With only the plan of moving in together after high school, two unusually devious friends seek direction in life. As a mere gag, they respond to a man's newspaper ad for a date, only to find it will greatly complicate their lives.
Cookie's Fortune unfolds over an eventful Easter weekend in the small town of Holly Springs, Mississippi. The town residents are peaceful, kind folk -- with the exception of Camille Dixon -- a pushy theatre director with an incredibly shy younger sister, Cora, whose estranged daughter Emma has just returned to town. On the heels of her latest play, Camille is shocked to discover that her Aunt Jewel Mae "Cookie" Orcutt has committed suicide. Terrified at the thought of how this will tarnish the family name, she eats the suicide note to make it look like a burglary. This set-up leads the police to one main suspect, Willis Richland, who also happens to be Cookie's best friend. Although the rest of the town is convinced Willis didn't commit the crime, an outside investigator isn't so sure. As Easter Sunday and opening night of the play arrive, the truth comes out, revealing more secrets than anyone could have possibly imagined. Written by
An excellent film; thoroughly enjoyable, sentimental, but wise.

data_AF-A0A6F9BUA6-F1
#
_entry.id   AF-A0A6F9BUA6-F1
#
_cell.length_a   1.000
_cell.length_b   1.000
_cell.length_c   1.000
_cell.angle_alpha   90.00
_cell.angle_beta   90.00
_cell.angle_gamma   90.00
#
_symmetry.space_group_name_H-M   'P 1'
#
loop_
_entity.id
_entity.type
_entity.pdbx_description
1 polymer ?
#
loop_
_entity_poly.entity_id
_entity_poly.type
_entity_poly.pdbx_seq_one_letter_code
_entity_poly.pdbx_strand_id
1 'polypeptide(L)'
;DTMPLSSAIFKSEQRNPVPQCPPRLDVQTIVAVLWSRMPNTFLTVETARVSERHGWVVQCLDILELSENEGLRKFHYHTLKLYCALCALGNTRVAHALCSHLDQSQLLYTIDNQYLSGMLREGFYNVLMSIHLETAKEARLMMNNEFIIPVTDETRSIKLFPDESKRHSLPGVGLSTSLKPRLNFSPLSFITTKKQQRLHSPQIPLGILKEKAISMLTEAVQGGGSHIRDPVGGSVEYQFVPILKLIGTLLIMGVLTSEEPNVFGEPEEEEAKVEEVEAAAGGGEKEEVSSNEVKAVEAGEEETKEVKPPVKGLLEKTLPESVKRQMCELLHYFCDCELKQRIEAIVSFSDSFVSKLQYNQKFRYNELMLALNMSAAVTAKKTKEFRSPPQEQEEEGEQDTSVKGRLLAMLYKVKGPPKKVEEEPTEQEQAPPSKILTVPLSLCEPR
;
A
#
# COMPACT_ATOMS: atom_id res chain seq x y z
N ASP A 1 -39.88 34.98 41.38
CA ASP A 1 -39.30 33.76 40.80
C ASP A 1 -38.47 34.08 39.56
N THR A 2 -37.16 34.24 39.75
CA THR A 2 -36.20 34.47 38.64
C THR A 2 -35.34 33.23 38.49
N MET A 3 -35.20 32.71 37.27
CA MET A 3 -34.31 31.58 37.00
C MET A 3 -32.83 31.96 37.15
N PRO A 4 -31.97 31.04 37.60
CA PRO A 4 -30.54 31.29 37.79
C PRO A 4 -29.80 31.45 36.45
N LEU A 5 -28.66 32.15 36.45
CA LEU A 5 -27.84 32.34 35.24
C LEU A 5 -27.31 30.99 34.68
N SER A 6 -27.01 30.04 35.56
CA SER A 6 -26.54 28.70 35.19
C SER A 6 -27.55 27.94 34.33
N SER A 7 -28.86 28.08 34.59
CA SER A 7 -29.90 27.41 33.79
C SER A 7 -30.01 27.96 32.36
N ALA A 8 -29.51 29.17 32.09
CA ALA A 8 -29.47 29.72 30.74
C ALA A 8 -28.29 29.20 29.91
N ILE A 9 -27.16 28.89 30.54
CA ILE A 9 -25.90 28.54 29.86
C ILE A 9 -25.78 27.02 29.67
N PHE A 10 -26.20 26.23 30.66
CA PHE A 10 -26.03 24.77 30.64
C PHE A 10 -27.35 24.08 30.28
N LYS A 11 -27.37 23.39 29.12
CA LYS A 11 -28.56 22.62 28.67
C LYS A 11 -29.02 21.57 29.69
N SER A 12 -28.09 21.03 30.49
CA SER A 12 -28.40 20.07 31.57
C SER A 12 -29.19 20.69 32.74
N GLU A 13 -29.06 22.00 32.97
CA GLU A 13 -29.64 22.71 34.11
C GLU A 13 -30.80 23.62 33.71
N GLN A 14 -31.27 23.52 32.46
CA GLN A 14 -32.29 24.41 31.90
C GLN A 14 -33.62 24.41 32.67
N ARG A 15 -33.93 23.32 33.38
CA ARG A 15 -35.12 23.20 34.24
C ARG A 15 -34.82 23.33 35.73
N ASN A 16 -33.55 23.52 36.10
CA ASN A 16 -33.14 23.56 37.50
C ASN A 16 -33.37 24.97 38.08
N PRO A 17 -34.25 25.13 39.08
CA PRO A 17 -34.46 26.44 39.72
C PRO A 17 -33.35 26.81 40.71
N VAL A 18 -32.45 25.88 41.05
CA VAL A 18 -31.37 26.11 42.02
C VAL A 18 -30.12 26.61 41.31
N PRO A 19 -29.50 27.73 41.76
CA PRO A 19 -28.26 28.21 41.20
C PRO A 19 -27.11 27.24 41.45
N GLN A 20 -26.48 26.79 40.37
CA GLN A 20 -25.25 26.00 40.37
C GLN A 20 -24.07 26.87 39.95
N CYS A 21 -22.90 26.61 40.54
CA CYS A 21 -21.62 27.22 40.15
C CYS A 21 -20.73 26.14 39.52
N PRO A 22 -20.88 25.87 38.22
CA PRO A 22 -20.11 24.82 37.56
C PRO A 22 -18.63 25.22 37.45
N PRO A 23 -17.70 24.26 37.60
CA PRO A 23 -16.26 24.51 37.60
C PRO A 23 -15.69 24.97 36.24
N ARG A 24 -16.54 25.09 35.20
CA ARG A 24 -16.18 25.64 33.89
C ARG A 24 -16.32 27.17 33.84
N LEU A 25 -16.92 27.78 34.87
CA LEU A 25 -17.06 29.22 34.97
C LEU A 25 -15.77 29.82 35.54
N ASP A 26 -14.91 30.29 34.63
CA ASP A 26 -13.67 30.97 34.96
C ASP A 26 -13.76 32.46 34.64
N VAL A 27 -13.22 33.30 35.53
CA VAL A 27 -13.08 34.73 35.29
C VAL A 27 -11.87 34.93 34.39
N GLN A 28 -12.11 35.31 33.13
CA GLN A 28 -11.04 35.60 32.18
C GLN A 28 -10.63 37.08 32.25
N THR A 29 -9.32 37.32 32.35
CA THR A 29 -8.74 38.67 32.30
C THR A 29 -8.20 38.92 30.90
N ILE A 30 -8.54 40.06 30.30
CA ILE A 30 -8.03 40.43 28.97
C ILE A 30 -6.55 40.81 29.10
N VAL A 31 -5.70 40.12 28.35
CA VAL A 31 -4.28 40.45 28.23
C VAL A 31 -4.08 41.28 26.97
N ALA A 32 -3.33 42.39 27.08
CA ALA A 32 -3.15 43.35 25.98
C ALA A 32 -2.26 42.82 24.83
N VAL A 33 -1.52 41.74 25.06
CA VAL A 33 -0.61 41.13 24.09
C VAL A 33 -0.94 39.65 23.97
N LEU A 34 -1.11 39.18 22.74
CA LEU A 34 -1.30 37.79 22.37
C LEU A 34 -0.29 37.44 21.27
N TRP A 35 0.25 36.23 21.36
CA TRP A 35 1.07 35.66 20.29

I'll fess up, Altman ranks high with me and has for a long time. This is far from his best work -- but also far, far above your average bear, er, rather... average film. It has much to recommend; many fine performances, a complex storyline; it will request a little patience from you -- be so kind as to grant it. Patience lies at the heart of this film; not the high-jinks and rapid-fire action of most movies. Kindness gets lost, and many deeper human qualities, too -- when people or a culture push patience out of the way. Altman seems to know this, to celebrate patient people, sensible people. But there are plenty of good jokes, visual, verbal, plot-involved. Relax and laugh, let things develop. You might even laugh pretty hard -- and happily. I suppose this film could be called Capra-esque, and thus old-fashioned, even nostalgic -- not a good fit with the tumult of violence and dishonesty which characterized the media's portrayal of the nineties. Too bad. Rent the video; or buy the video and watch it with your kids and later with the grandkids. People complain about too much violence in the cinema and then ignore a film like this -- and many of these people are critics! Here's the full panoply of human life, young, middle-aged, and elderly, all interesting, all central to the story. What a fine thing!
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